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  1. #1
    Join Date
    Jun 2004
    Posts
    2

    Help with general knowledge of database solutions

    Hi, I wonder if anyone can explain a few things I've been wondering about:

    I may be designing a database solution for a company to keep track of their customers and sales and so on - nothing too fancy. My skills are mostly web-based (ASP, ASP.NET) although I have a good deal of experience making Access databases for small companies, but very little with bigger corporations.

    If I wanted to use MS SQL server for example, how does it work?
    - How do I make the front end? Should I learn how to use Visual Studio? I'd rather stick to Access for the front end if at all possible, but I'd have thought it's more expensive for the client.
    - How can I allow multiple locations to access the data? Is it simply a case of opening up the firewalls to the SQL Server port and Bob's your uncle? Any performance issues with this (if it's a broadband connection or even dial-up)?
    - If I set up a MSSQL server, will it need constant maintenance, or will I be able to just leave it with the client & do the odd security check once a month? Or is it better to go for a hosted solution?
    - What about other databases such as MySQL, Oracle & Sybase? How do their front-ends work?
    - Basically, I suppose what I'm asking is what do I need to learn to make the break from a split Access database to something bigger?

    Many thanks.

  2. #2
    Join Date
    Feb 2004
    Location
    In front of the computer
    Posts
    15,579
    MS-Access has two major parts, which are usually inextricably linked in the users mind. This generally causes massive mental trauma when the user tries to pull these things apart, which is abolutely crucial as they try to handle larger and more complex projects.

    One part is the Jet database engine. It holds the tables, queries (aka views) and the related database objects. This is the part that the average user is most likely to outgrow first.

    The other part is the Access application (the GUI stuff) and the programming tools (which are really VBA, Visual Basic for Applications). This is the part that the developer is most likely to outgrow first.

    As you build progressively larger and more complex applications, you'll certainly outgrow one part of MS-Access or the other. In the worst case, you'll outgrow them both at about the same time, which means that you'll have to leave the comfort of the tools you've grown accustomed to using in one swell foop instead of one piece at a time. This can be really hard on some folks.

    The pieces are designed as separate things. Microsoft tries very hard to keep them two separate things. If you've paid any attention at all to the design issues that Microsoft harps on, you shouldn't have a huge problem separating the pieces from one another and migrating the parts of your application that need "bigger guns" to use them.

    -PatP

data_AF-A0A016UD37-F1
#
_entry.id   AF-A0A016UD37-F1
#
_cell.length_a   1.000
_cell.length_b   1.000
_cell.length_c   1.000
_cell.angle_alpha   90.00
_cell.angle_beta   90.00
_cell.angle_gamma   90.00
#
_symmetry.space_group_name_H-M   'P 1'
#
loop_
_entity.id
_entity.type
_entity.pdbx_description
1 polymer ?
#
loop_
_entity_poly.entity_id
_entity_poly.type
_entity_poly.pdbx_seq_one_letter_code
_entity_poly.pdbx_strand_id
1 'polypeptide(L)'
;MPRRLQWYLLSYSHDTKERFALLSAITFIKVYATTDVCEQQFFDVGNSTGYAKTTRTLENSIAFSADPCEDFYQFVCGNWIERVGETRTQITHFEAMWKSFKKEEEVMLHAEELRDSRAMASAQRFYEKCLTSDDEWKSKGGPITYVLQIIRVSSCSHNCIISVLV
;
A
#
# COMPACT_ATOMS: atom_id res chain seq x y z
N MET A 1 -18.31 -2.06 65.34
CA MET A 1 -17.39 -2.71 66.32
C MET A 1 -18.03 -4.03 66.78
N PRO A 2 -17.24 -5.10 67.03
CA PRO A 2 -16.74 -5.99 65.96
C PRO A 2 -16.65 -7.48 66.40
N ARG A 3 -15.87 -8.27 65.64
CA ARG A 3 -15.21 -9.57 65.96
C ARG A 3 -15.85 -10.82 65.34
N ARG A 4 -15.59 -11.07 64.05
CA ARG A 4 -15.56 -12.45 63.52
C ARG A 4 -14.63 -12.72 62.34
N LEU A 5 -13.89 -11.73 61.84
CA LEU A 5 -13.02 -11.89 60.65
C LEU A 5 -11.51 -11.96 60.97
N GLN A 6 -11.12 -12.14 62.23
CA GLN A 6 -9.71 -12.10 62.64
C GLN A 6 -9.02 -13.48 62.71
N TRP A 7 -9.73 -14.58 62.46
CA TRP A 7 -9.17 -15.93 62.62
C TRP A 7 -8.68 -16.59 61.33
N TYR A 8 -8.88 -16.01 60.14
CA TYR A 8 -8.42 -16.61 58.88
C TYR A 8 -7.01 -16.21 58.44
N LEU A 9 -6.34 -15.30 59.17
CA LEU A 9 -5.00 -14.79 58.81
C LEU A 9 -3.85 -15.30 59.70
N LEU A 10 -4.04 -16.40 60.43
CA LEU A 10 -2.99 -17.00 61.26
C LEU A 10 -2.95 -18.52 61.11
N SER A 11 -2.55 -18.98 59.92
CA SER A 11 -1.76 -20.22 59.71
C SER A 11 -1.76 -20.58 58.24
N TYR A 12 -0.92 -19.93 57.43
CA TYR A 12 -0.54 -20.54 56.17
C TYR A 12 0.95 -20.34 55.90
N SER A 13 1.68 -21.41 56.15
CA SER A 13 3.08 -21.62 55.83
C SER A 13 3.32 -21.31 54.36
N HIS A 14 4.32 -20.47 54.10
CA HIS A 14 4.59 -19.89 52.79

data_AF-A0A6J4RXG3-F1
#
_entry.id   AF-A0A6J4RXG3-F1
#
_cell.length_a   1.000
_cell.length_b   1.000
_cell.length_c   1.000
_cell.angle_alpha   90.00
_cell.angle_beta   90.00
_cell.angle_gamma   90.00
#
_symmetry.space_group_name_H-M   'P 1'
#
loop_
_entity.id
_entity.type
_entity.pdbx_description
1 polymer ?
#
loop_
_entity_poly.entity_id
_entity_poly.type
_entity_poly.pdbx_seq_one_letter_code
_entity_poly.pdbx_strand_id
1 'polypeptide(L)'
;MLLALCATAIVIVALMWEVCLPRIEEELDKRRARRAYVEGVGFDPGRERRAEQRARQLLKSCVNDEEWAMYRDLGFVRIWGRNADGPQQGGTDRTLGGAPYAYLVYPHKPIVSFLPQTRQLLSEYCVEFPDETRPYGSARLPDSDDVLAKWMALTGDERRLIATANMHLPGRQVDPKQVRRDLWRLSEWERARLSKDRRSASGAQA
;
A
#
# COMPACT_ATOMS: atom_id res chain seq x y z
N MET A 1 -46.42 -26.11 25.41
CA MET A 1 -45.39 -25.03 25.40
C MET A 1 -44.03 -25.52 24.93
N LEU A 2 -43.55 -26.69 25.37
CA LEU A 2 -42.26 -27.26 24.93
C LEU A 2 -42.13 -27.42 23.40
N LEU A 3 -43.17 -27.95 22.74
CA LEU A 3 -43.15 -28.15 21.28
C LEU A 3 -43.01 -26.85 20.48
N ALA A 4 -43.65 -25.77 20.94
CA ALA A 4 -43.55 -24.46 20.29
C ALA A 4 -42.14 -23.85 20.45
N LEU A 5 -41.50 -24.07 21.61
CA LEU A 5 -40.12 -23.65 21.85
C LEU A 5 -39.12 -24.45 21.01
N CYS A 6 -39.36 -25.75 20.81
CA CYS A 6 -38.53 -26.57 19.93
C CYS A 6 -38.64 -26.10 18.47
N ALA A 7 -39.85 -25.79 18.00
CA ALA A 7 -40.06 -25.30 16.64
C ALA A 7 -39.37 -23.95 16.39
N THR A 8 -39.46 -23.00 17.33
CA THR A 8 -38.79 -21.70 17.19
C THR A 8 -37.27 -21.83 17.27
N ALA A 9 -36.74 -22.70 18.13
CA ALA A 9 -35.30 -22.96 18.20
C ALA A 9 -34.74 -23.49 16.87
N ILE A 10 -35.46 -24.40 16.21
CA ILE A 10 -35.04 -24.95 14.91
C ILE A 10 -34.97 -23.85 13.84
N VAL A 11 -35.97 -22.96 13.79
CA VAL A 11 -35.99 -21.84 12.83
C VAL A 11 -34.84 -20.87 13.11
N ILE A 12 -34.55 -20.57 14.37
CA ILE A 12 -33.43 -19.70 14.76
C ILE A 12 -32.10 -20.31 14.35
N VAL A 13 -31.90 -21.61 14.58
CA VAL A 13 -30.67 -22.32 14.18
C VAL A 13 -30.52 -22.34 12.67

3. #3
    Join Date
    Jun 2003
    Location
    USA
    Posts
    1,032
    <<
    ...My skills are mostly web-based (ASP, ASP.NET) although I have a good deal of experience making Access databases for small companies, but very little with bigger corporations.

    If I wanted to use MS SQL server for example, how does it work?
    - How do I make the front end?...
    >>

    ASP pages that were set up to work for an Access database would still work with a SQL Server database possibly with just some minor tweaking involved in the SQL strings. And of course the connection string would be different unless it were just a DSN:

    Able Consulting - ADO Connection String Samples
    http://www.able-consulting.com/ADO_Conn.htm
    J. Paul Schmidt, Freelance Web and Database Developer
    www.Bullschmidt.com
    Access Database Sample, Web Database Sample, ASP Design Tips

  4. #4
    Join Date
    Jun 2004
    Posts
    2
    Thanks for the advice, just the kind of thing I was looking for. At the moment I use a bit of VBA on my Access forms, but I know (from ASP and .NET) how to use SQL exclusively to update & create records. I guess it's a question of making the front-end leap to VB - I can't imagine it will take too long to learn about stored procedures and triggers etc.

  5. #5
    Join Date
    Dec 2003
    Location
    Inland Empire
    Posts
    18
    You sound pretty bright, so no, it shouldn't take you too long to learn about stored procedures and triggers and the like, but be prepared to take some time to learn about how much the scale up from Access can improve your queries and data integrity.

    Access, in other words, is limited in the complexity of the queries you can use. I've had to "dumb down" several procedures created for a fully SQL-92 compliant DB to make them work in Access, at a performance cost.

    I know you said this application you were working on wasn't difficult or complex, but if you have a chance, explore the great new capabilities you will have at your hands.

    In response to your other questions, you may want to consider MySQL as an option. It is free, and very robust. I find the interface difficult to work with, I much prefer SQL Server when the client can afford it.

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